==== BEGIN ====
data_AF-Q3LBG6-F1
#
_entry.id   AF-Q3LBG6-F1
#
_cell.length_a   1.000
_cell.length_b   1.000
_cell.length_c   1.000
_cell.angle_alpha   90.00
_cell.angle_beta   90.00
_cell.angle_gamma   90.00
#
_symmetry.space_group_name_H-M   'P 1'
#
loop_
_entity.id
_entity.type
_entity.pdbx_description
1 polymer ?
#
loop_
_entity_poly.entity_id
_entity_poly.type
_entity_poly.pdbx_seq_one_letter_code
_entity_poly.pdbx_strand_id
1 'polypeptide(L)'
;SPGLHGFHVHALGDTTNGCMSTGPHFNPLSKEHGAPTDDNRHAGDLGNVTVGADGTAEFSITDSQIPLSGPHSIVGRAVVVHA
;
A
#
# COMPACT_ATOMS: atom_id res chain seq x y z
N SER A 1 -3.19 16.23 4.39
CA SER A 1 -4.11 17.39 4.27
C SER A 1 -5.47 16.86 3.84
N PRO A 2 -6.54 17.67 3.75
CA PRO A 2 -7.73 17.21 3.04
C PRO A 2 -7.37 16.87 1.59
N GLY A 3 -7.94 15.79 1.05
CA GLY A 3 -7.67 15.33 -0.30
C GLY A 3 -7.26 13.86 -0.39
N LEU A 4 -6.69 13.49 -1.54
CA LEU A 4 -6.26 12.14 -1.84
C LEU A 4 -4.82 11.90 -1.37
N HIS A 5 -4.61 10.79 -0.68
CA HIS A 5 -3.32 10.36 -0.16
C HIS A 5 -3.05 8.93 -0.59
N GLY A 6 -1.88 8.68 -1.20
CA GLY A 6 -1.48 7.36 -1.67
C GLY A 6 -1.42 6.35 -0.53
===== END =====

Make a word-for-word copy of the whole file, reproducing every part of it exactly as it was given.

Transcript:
data_AF-Q3LBG6-F1
#
_entry.id   AF-Q3LBG6-F1
#
_cell.length_a   1.000
_cell.length_b   1.000
_cell.length_c   1.000
_cell.angle_alpha   90.00
_cell.angle_beta   90.00
_cell.angle_gamma   90.00
#
_symmetry.space_group_name_H-M   'P 1'
#
loop_
_entity.id
_entity.type
_entity.pdbx_description
1 polymer ?
#
loop_
_entity_poly.entity_id
_entity_poly.type
_entity_poly.pdbx_seq_one_letter_code
_entity_poly.pdbx_strand_id
1 'polypeptide(L)'
;SPGLHGFHVHALGDTTNGCMSTGPHFNPLSKEHGAPTDDNRHAGDLGNVTVGADGTAEFSITDSQIPLSGPHSIVGRAVVVHA
;
A
#
# COMPACT_ATOMS: atom_id res chain seq x y z
N SER A 1 -3.19 16.23 4.39
CA SER A 1 -4.11 17.39 4.27
C SER A 1 -5.47 16.86 3.84
N PRO A 2 -6.54 17.67 3.75
CA PRO A 2 -7.73 17.21 3.04
C PRO A 2 -7.37 16.87 1.59
N GLY A 3 -7.94 15.79 1.05
CA GLY A 3 -7.67 15.33 -0.30
C GLY A 3 -7.26 13.86 -0.39
N LEU A 4 -6.69 13.49 -1.54
CA LEU A 4 -6.26 12.14 -1.84
C LEU A 4 -4.82 11.90 -1.37
N HIS A 5 -4.61 10.79 -0.68
CA HIS A 5 -3.32 10.36 -0.16
C HIS A 5 -3.05 8.93 -0.59
N GLY A 6 -1.88 8.68 -1.20
CA GLY A 6 -1.48 7.36 -1.67
C GLY A 6 -1.42 6.35 -0.53